Ted Williams’ Staggering Career Numbers

By guest blogger, baseball historian and author Gary Livacari

There’s little debate that Ted Williams was one of, if not the greatest, pure hitter the game has ever seen. In his 19-year major league career (1939–1942, 1946–1960), “Teddy Ballgame” was a seventeen-time All-Star, two-time American League Most Valuable Player, six-time American League batting champion, four-time American League home run leader, four-time American League RBI leader, and two-time Triple Crown winner. That’s quite an impressive resume.

Over his career, Ted hit .344 (seventh all-time), with 2,654 hits, 521 home runs (19th all-time), 1839 RBIs (14th all-time), and a .482 on-base percentage (first all-time). His .634 slugging average is second behind only Babe Ruth’s .689. His 191 career OPS+ is also second, behind only Ruth’s 206 (100 being the major league average).

Let’s Speculate a Bit!

What if Ted Williams hadn’t lost approximately 4.75 years to military service? What would his career numbers look like? We can only take a reasonable guess.

He hit 521 home runs in his 19-year career. According to Baseball-Reference, his 162-game average computes to 37 home runs per year. Since at least two of those lost 4.75 years were subprime years, I’ll use a conservative estimate of an additional 32 per year. That extrapolates to an additional 152, for a career total of 673 home runs, good for sixth on the all-time list. 

His speculated career RBI total is even more dramatic. His 162-game average for 19 seasons is 130. Dropping that figure down to a conservative 120 per year, that computes to an additional 570 RBIs, for a career total of 2409. That would just beat out Hank Aaron’s 2397 RBIs by 12 for first place on the all-time list.   

Ted Williams was a first-ballot selection to the Hall of Fame in 1966 and his #9 has been retired by the Red Sox. He was named to the Major League All-Century team and the Major League Baseball All-Time team.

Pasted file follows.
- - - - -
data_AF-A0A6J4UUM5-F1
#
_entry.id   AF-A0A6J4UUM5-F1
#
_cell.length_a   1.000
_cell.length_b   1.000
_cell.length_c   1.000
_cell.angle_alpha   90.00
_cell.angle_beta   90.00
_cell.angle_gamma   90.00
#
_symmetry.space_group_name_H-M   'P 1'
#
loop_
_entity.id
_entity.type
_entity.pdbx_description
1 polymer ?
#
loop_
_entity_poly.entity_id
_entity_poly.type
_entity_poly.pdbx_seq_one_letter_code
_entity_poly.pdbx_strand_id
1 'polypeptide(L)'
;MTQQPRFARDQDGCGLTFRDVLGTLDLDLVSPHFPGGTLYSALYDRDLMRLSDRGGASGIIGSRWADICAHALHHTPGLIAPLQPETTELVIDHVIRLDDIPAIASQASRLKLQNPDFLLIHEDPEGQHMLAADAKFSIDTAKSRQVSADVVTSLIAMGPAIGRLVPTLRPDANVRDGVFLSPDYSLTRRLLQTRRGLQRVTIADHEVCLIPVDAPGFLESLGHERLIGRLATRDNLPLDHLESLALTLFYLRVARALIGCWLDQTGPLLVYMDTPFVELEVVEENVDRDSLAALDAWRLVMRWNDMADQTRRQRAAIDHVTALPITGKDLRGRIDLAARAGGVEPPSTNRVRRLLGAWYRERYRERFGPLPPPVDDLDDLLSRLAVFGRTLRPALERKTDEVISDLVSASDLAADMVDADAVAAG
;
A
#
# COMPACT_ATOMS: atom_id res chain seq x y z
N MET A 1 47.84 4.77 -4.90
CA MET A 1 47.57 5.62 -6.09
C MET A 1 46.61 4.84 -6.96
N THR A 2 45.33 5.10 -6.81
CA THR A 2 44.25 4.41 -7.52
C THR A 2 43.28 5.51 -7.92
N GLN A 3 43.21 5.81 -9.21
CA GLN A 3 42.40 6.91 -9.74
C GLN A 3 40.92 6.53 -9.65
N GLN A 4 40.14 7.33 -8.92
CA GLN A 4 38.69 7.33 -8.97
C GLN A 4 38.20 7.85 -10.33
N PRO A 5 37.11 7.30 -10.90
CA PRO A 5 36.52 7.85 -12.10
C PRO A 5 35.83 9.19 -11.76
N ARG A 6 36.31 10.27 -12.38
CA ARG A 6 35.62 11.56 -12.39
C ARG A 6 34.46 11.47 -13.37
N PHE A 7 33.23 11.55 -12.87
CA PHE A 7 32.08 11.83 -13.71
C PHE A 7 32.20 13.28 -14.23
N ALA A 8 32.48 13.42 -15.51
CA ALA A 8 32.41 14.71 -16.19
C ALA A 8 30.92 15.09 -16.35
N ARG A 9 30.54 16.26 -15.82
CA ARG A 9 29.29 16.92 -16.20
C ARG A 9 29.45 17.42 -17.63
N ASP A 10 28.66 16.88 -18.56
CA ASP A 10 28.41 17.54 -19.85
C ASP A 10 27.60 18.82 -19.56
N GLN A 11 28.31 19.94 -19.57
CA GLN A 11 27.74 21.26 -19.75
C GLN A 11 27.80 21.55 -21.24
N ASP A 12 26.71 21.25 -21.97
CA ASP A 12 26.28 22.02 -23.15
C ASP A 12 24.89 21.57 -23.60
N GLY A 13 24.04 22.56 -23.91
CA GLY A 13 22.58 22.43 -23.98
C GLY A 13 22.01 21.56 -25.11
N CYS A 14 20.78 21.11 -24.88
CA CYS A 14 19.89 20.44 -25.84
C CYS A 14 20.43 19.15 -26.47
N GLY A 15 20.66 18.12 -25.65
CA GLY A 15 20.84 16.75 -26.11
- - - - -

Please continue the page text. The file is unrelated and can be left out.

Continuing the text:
He was a great one for sure. I was fortunate enough to see him in person only once, at his last game in Chicago at Comiskey Park in September 1960. If you have any memories of Ted you’d like to share please do so in the comments section.

Check out Gary’s excellent website: 

“Baseball History Comes Alive!” with over 1200 fully categorized baseball essays and photo galleries, now surpassing the 700K hits mark at 75K hits: www.baseballhistorycomesalive.com

Photo Credits: From Bing search.

Information: Excerpts edited from Ted Williams Wikipedia page; stats from Baseball-Reference

The “Splendid Splinter’s” Historic 1941 Season

By guest blogger, baseball historian and author Gary Livacari

Ted Williams’ 1941 season is often considered one of the greatest offensive seasons ever.  He led the league in all the following categories: runs (135), home runs (37), walks (147), batting average (.406), on-base percentage (.553), OPS (1.287), and OPS+ (235). His .406 batting average is still the highest batting average in the major leagues since 1924, and the last time any major league player has hit over .400. His .553 on-base percentage stood as a major league record for 61 years, and his .735 slugging average was the highest in the major leagues between 1932 and 1994. Williams also had 185 hits and was second in RBIs with 120. He accomplished all this while striking out only 27 times in 606 plate appearances.

In the ninth inning of the 1941 All-Star game, Ted hit a walk-off three-run homer to win the game for the American League, 7-5. He later described that game-winning home run as “the most thrilling hit of my life.” After a season like this, it’s hard to believe he was denied the MVP award. Perhaps revealing the New York bias of the Baseball Writers of America, the award went to Joe DiMaggio (who also had a fabulous year).

Would He Sit Out the Last Two Games?

On September 28, before the final two games of the 1941 regular season, a doubleheader against the Philadelphia Athletics, he was batting .39955, which would have been officially rounded up to .400. Red Sox manager Joe Cronin offered him the chance to sit out the final day, but Ted Williams famously declined, saying: “If I’m going to be a .400 hitter, I want more than my toenails on the line.” He proceeded to go 6-for-8 and finished the season at .406.